SACRAMENTO (CBS13) — Family and friends of two teenage boys shot and killed inside a home they had broken into are speaking out.
“They didn’t deserve to get killed,” said the sister of 14-year-old Michael Sambrano.READ MORE: Hamilton Fans Evacuated After Fire Alarm Goes Off In Sacramento Convention Center
He and his 16-year-old best friend were shot and killed on Sunday morning by someone inside a home the teens were breaking into. Police won’t say whether it was the elderly homeowner or her brother who shot and killed the teens who had just broken into their home.
“They were on their way out the door, and I just think it was wrong that they were shot,” said Christina Sambrano.
But many who live on Arcade Boulevard say the neighbor did the right thing.
“Justice was served,” said Robert Robinson.
Burglars hit his home twice before. The area is no stranger to crime that mostly consists of car and home break-ins.READ MORE: Missing Marysville Teen Carmen Miller May Be Victim Of Sex Trafficking, Police Say
The woman who lived at the home where the teens were shot asked her brother to stay with her after thieves targeted her home twice before, including one of the teen suspects shot dead in her home on Sunday.
“He was not an innocent bystander,” said neighbor David Keck. “I’m sorry the little boys or teenagers were killed, but if it’s my family, my family comes first.”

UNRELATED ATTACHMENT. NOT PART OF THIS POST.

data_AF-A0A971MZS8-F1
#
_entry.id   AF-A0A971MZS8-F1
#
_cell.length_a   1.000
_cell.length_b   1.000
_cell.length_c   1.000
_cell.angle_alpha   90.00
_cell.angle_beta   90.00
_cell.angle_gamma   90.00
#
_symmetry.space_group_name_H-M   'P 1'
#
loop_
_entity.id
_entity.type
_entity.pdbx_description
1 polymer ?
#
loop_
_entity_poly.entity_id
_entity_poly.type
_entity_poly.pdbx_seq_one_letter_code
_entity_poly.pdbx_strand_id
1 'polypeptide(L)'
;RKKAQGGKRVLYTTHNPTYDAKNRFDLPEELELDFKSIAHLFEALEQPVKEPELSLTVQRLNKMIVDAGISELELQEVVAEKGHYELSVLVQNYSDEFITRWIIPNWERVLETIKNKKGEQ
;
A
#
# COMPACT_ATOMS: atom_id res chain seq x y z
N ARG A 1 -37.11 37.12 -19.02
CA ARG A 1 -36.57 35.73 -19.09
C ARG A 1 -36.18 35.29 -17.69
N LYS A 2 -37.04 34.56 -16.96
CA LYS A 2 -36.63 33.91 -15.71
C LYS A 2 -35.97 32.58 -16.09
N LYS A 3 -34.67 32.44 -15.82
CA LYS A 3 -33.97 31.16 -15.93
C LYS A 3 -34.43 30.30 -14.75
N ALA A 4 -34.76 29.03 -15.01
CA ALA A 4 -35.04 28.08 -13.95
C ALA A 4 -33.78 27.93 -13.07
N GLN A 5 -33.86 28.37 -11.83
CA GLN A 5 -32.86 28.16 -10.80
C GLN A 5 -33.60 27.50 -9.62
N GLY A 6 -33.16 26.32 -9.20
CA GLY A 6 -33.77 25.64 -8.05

While family and friends admit the teens committed a crime, they wonder if dying for their mistake was the only answer.
“I just don’t understand why they were shot multiple times and killed,” said Lisa Sambrano.
Police are saying the homeowner and brother did it in self-defense. We’re told she’s a widow who was afraid of living in the area, and had even tried to sell her home.
Many states have what is called a castle doctrine, which allows some measure of self-defense.MORE NEWS: Proposed Campground Expansion At Auburn State Recreation Area Draws Concern Over Wildfire Risk
California law says a person can use deadly force on someone who unlawfully and forcibly enters their home if they have a reasonable fear of “imminent peril of death, or great bodily injury.”